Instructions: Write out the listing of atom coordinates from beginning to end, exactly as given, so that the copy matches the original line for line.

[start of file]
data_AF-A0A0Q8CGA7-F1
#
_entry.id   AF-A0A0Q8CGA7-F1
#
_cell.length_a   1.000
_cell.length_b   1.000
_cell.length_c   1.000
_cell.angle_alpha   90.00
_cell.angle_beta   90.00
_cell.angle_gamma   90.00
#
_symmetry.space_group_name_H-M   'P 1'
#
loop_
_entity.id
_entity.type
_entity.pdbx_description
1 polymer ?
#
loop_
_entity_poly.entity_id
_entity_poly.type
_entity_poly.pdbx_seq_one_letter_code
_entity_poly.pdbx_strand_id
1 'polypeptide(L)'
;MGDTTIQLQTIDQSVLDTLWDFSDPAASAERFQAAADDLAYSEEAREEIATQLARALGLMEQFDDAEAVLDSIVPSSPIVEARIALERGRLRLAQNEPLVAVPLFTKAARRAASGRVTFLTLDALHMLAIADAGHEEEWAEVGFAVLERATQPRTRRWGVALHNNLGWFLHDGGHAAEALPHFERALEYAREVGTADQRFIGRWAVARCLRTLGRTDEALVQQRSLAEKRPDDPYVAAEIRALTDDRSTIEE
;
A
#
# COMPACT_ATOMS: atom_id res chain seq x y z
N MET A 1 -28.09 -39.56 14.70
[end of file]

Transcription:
data_AF-A0A0Q8CGA7-F1
#
_entry.id   AF-A0A0Q8CGA7-F1
#
_cell.length_a   1.000
_cell.length_b   1.000
_cell.length_c   1.000
_cell.angle_alpha   90.00
_cell.angle_beta   90.00
_cell.angle_gamma   90.00
#
_symmetry.space_group_name_H-M   'P 1'
#
loop_
_entity.id
_entity.type
_entity.pdbx_description
1 polymer ?
#
loop_
_entity_poly.entity_id
_entity_poly.type
_entity_poly.pdbx_seq_one_letter_code
_entity_poly.pdbx_strand_id
1 'polypeptide(L)'
;MGDTTIQLQTIDQSVLDTLWDFSDPAASAERFQAAADDLAYSEEAREEIATQLARALGLMEQFDDAEAVLDSIVPSSPIVEARIALERGRLRLAQNEPLVAVPLFTKAARRAASGRVTFLTLDALHMLAIADAGHEEEWAEVGFAVLERATQPRTRRWGVALHNNLGWFLHDGGHAAEALPHFERALEYAREVGTADQRFIGRWAVARCLRTLGRTDEALVQQRSLAEKRPDDPYVAAEIRALTDDRSTIEE
;
A
#
# COMPACT_ATOMS: atom_id res chain seq x y z
N MET A 1 -28.09 -39.56 14.70